Researchers from the University of Buffalo have received $1.8m funding to develop its carbon capture technology.
The multi-institution project is developing membranes that can separate CO2 from other gases, a technology that has the potential to be installed by factories and power plants to cut down the amount of released carbon.
The $1.8m funding includes $1.2m from the US Department of Energy (DOE) and $600,000 from Empire State Development’s Division of Science, Technology and Innovation (NYSTAR).
If successful, the team’s products will be tested at the National Carbon Capture Centre, a DOE sponsored research facility in Alabama.
“Carbon capture technology has the potential to make a huge impact right away when it comes to carbon emissions,” said Haiqing Lin, PhD, Associate Professor of Chemical and Biological Engineering in the UB School of Engineering and Applied Sciences.
“Solar and wind are great, but it will take time for the world to increase capacity in these areas, and in the meantime, we are still burning fossil fuels. Cement plants and steel furnaces also produce a lot of CO2, and carbon capture technologies can help reduce these emissions as well.”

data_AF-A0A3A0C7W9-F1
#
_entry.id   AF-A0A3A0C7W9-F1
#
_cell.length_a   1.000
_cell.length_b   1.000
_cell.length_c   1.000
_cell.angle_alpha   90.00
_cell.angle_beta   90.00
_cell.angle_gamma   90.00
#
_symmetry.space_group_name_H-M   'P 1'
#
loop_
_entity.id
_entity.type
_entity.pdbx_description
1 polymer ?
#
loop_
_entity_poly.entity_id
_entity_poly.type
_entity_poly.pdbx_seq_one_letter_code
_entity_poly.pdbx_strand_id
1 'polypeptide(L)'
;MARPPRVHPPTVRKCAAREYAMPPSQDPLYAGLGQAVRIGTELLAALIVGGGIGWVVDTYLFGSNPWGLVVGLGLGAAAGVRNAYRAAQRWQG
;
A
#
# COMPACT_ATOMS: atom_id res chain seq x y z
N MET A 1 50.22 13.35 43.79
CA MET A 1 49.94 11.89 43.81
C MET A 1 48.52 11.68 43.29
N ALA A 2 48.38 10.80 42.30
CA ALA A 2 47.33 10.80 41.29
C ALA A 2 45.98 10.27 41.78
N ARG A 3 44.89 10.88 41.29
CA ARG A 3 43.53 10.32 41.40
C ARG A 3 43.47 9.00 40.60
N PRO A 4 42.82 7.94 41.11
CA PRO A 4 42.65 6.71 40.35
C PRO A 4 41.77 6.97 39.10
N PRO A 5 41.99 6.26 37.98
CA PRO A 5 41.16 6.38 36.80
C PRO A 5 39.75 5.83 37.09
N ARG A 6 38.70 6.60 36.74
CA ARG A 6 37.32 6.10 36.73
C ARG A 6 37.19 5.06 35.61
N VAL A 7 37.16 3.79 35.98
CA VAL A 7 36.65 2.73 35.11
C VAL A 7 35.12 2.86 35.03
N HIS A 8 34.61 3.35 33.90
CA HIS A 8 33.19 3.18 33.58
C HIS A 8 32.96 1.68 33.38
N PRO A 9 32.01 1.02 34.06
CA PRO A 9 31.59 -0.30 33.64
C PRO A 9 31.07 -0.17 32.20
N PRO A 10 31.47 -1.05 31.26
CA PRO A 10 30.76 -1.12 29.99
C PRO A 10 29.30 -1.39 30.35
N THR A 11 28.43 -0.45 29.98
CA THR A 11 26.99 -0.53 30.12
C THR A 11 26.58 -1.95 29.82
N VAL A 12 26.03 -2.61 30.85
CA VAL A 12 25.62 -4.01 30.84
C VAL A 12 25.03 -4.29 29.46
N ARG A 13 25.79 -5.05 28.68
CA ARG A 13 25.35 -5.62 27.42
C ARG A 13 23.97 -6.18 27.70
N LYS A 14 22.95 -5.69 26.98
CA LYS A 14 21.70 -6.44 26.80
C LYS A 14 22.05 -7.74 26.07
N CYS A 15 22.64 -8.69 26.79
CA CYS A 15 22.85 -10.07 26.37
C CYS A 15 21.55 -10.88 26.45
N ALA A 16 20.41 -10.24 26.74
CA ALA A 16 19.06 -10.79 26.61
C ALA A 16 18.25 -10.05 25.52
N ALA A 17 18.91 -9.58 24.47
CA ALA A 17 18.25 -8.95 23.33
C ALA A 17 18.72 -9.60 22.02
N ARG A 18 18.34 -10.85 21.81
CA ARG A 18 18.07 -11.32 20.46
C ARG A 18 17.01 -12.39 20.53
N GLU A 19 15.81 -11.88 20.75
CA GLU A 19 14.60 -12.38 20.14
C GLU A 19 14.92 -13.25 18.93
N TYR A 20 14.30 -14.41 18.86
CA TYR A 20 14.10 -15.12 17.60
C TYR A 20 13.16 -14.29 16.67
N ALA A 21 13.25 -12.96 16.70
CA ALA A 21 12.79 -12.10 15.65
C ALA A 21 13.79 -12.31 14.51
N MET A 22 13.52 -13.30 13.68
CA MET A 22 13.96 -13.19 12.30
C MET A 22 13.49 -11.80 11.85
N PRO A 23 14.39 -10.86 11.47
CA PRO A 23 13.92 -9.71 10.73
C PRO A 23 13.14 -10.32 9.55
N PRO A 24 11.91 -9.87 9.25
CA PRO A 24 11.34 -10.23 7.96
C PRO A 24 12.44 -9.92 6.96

The researchers are designing a membrane which will consist of thin sheet of flexible polymers. The polymers will be outfitted with special chemical features that bind CO2, helping to draw the gas in.
The polymers will be laced with carbon-friendly metal-organic cages that acts as conduits, allowing the CO2 to selectively flow through materials faster.
The researchers’ goal is to create a cost-effective membrane that removes roughly 90% of the CO2 from coal-fired power plant emissions while trapping minimal quantities such as nitrogen.
“The appeal of this technology is that it’s an add-on technology – you can install it in power plants and factories as they are today, without having to make major changes to the way they operate,” said Timothy Cook, PhD, Assistant Profession of Chemistry in the UB College of Arts and Sciences, serving as Co-Principle Investigator.
If successful, the new material will outperform current leading membranes by 50-100%, working towards the DOE target of reducing the cost of capturing CO2 to less than $30 per tonne.
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